So I say to you again, congratulations, we are all losers.  We do not want to admit our humanness—our imperfection but that is what we are called to do as Christian.  We are followers of Jesus Christ who was fully human.  He showed us what it means to be human.  Jesus was by the world standards a loser who died a horrible death on the cross with his closest followers betraying him, denying him and abandoning him. 

I will close with a quote from Jean Vanier, the founder of L’Arche communities for the mentally challenged:

I will tell you a true story, he said.  “A young man with disabilities wanted to win the 100-metre race. And he got to the finals.  And he was running like crazy to get that gold medal, and somebody in the next lane tripped and fell.  And he stopped, picked this guy up, and they ran together, and both of them were last”.
“That’s a true story,” Mr. Vanier confirmed.  It’s the deepest lesson the disabled have to teach.  “It’s not that they can become like us—but how can we become like them and have fun together.  And lift up the chap who has fallen on the other lane, and come in last.  There’s in us all an ego we have to conquer.  You kill the ego so that the real person may rise up.  And the real person is the one who’s learning to love.”
That is what it means to be losers in the eyes of the world.  It is where Jesus calls us where we are called to lose in seeking to follow Christ.  We are called to the place where we will learn to love one another as he loves us.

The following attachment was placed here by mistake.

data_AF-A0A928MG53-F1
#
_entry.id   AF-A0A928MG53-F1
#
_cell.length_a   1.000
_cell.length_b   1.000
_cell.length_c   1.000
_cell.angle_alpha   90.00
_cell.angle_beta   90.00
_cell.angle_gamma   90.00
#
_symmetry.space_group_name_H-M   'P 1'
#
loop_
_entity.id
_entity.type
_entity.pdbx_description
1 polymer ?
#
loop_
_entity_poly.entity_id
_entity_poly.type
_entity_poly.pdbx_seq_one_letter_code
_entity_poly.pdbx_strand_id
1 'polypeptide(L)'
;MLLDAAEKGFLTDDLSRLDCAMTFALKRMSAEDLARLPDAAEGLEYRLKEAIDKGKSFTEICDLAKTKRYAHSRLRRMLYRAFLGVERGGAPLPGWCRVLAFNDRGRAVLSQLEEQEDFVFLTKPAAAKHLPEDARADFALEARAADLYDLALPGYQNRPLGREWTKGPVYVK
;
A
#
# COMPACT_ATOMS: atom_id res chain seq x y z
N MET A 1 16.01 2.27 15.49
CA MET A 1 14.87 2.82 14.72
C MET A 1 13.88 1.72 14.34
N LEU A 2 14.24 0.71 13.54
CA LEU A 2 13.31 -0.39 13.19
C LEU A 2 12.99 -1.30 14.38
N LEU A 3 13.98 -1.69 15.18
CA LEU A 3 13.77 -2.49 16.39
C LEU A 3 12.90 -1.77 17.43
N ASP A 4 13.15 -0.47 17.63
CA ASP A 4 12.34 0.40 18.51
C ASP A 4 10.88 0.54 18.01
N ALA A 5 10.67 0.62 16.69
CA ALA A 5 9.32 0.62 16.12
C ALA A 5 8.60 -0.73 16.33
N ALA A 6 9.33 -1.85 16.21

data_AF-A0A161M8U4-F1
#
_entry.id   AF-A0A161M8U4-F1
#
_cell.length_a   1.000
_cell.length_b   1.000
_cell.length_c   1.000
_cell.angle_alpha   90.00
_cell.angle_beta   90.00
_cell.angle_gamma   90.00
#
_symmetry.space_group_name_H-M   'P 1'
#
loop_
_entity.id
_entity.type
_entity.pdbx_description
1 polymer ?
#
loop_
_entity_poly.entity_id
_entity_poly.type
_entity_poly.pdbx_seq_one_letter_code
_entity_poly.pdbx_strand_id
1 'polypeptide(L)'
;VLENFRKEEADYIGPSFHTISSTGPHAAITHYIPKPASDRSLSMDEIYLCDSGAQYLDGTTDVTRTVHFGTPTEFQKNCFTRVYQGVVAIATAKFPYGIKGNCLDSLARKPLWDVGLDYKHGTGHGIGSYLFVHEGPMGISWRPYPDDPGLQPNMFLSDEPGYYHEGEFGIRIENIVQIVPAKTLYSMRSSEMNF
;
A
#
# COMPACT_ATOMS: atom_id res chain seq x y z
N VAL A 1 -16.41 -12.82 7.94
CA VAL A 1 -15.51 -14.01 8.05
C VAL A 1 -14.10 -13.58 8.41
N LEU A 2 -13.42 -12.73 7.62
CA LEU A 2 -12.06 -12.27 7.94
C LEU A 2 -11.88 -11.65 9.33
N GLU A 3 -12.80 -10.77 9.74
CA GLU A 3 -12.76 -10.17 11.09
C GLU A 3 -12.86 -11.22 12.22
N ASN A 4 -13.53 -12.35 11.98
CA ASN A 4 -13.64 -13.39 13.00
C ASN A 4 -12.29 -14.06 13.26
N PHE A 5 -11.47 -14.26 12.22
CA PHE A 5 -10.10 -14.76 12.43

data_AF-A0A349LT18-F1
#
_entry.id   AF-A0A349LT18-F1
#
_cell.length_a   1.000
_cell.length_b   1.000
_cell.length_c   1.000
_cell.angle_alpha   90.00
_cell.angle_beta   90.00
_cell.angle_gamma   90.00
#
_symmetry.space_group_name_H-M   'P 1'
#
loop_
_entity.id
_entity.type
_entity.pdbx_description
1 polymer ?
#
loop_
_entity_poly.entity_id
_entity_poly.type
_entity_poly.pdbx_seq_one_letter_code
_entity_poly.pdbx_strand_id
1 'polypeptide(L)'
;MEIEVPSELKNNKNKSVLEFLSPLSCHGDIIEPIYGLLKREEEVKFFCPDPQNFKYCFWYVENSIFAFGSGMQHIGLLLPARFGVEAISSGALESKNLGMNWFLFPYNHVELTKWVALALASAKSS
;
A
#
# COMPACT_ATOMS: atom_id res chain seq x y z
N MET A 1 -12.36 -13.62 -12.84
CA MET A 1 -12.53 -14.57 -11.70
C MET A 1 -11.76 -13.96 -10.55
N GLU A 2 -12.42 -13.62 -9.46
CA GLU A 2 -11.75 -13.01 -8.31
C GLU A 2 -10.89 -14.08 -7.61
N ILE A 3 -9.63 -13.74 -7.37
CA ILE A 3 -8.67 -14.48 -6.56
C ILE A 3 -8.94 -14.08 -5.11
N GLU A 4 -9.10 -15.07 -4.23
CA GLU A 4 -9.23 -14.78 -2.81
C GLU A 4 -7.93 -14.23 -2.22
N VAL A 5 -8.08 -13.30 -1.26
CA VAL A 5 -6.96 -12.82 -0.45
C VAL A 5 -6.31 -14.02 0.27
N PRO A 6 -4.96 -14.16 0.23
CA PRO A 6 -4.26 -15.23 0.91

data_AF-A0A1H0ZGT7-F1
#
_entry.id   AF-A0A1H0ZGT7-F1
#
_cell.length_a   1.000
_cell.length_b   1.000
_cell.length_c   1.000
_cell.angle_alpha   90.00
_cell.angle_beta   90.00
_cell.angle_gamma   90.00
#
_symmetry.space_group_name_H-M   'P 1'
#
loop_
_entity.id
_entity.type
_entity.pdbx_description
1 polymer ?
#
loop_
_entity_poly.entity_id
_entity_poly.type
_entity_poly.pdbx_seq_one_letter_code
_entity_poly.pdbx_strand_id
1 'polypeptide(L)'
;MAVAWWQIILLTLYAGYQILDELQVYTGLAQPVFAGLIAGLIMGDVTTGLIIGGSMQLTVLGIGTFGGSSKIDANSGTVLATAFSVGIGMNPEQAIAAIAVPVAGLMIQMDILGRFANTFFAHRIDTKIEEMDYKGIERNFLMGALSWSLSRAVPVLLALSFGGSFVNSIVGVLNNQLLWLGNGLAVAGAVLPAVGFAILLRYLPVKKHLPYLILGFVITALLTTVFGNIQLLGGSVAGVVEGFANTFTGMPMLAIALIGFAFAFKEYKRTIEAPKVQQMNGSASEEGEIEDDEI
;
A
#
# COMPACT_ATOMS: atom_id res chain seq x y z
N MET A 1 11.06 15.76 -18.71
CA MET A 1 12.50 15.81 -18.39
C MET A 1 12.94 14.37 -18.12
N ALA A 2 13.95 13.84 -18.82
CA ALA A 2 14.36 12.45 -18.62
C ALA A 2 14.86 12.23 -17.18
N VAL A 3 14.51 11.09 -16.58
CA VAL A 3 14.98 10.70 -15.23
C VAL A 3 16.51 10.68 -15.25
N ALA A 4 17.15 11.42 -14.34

We can follow him as best we can, knowing that we will stumble and fall at times—we will fall into sin.  Thank God we can pick ourselves up; we can repent and turn around and attempt to follow Jesus as our Saviour and Redeemer.  Thanks be to God.  

Meeting the "Other"

My sermon on July 31st yesterday focused on what it means to be fully human.  For me it means that we are not perfect; we are going to make mistakes; we are going to fall into sin.  I started out by calling everyone losers.  I think that got their attention and it may not have made them as receptive to my message but I think I redeemed myself and made the point that as Christians we are followers of someone who the world viewed as a loser.  Jesus was by the world standards a loser who died a horrible death on the cross with his closest followers betraying him, denying him and abandoning him. 

I won’t repeat much of my sermon here—a copy is posted if you would like to read it.  However, I want to repeat a quote from Jean Vanier the founder of the L’Arche communities: